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My first blip up


So after a rapid decline to PCRU in 11 months during which time I reduced Tasigna dose from 600 per day to 150 per day, I got my first blip up today - to <.003%, a result I know many would kill for.  I had finally gotten on 3 month testing and now my onc wants to retest both PCR and FISH (which he is almost certain will be negative) in 4 - 6 weeks. So there goes my plan to spend all of July and August in the NC mountains because who knows what the testing frequency will be after the next one.  

My rational mind tells me that this is still an excellent level (>MR 4.5), but my irrational mind and fears project less optimistic scenarios.  Please tell me I have little or nothing to worry about. As always, thanks for your support and understanding.

If I had one year to live. I think spending this year in the mountains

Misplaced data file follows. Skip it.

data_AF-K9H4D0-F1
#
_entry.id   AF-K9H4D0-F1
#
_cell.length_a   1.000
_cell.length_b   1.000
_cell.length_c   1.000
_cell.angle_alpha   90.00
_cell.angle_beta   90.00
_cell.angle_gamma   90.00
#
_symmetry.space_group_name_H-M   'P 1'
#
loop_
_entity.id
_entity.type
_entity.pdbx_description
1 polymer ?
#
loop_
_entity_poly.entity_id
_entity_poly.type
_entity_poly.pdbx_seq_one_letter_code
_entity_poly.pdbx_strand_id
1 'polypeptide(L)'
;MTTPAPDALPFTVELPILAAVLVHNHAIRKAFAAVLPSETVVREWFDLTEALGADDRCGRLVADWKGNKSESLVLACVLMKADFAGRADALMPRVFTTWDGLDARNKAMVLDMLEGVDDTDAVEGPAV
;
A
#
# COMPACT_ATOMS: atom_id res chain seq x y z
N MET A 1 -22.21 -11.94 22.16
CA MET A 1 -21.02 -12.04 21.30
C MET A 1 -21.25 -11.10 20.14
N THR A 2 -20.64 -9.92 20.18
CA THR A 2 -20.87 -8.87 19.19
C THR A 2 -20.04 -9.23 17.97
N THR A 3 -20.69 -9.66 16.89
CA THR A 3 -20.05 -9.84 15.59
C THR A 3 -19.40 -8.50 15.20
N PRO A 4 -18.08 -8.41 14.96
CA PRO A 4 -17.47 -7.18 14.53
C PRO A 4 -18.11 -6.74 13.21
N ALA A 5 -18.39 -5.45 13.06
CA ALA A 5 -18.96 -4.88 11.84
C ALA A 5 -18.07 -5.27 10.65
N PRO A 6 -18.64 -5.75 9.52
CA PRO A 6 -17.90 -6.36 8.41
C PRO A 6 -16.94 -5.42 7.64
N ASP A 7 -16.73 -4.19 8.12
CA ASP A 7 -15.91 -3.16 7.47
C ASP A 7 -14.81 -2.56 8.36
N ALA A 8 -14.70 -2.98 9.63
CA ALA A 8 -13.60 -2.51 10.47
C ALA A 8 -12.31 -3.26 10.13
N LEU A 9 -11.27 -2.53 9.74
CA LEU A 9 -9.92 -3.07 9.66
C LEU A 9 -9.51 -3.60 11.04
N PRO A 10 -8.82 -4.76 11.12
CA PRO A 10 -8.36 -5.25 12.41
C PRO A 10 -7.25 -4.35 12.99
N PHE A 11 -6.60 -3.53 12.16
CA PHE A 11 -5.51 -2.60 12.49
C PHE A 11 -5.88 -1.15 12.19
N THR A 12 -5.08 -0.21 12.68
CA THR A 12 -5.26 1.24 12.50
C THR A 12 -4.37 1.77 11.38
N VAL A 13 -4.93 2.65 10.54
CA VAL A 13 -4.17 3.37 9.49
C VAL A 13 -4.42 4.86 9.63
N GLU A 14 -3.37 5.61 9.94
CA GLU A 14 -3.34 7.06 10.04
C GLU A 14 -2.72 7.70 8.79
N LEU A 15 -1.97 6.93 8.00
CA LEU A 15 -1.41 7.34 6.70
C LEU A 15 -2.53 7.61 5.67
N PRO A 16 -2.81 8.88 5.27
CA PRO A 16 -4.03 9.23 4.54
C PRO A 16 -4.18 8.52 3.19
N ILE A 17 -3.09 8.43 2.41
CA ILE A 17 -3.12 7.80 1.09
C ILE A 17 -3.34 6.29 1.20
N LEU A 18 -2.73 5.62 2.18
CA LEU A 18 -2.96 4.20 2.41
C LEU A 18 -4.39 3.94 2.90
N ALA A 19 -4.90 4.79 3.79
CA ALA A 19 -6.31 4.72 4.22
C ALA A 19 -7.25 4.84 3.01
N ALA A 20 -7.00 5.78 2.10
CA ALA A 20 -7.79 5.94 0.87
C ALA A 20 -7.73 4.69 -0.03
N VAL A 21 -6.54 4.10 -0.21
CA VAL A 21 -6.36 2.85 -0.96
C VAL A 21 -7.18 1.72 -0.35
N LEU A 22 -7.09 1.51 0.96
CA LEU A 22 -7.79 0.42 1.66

would be a great choice. Everyday is the best day ever.
Don’t worry about that what you cannot change.
Have fun my man, the mountain beckons you.



CMLJax .... whatever Romo wrote above - yes.

The third decimal place is "irrelevant". Let me repeat .... irrelevant. Your reported level is not different than PCRU. The noise of the test at these levels guarantees it.

Dr. Cortes told me that a PCR < 0.01% and PCRU are indistinguishable. I asked than why do they report PCRU and/or <0.01%. He told me that if there is any "detection" whatsoever, it gets the <0.01% and it could be noise and artificially generated. If there is no detection, it still doesn't mean there is none.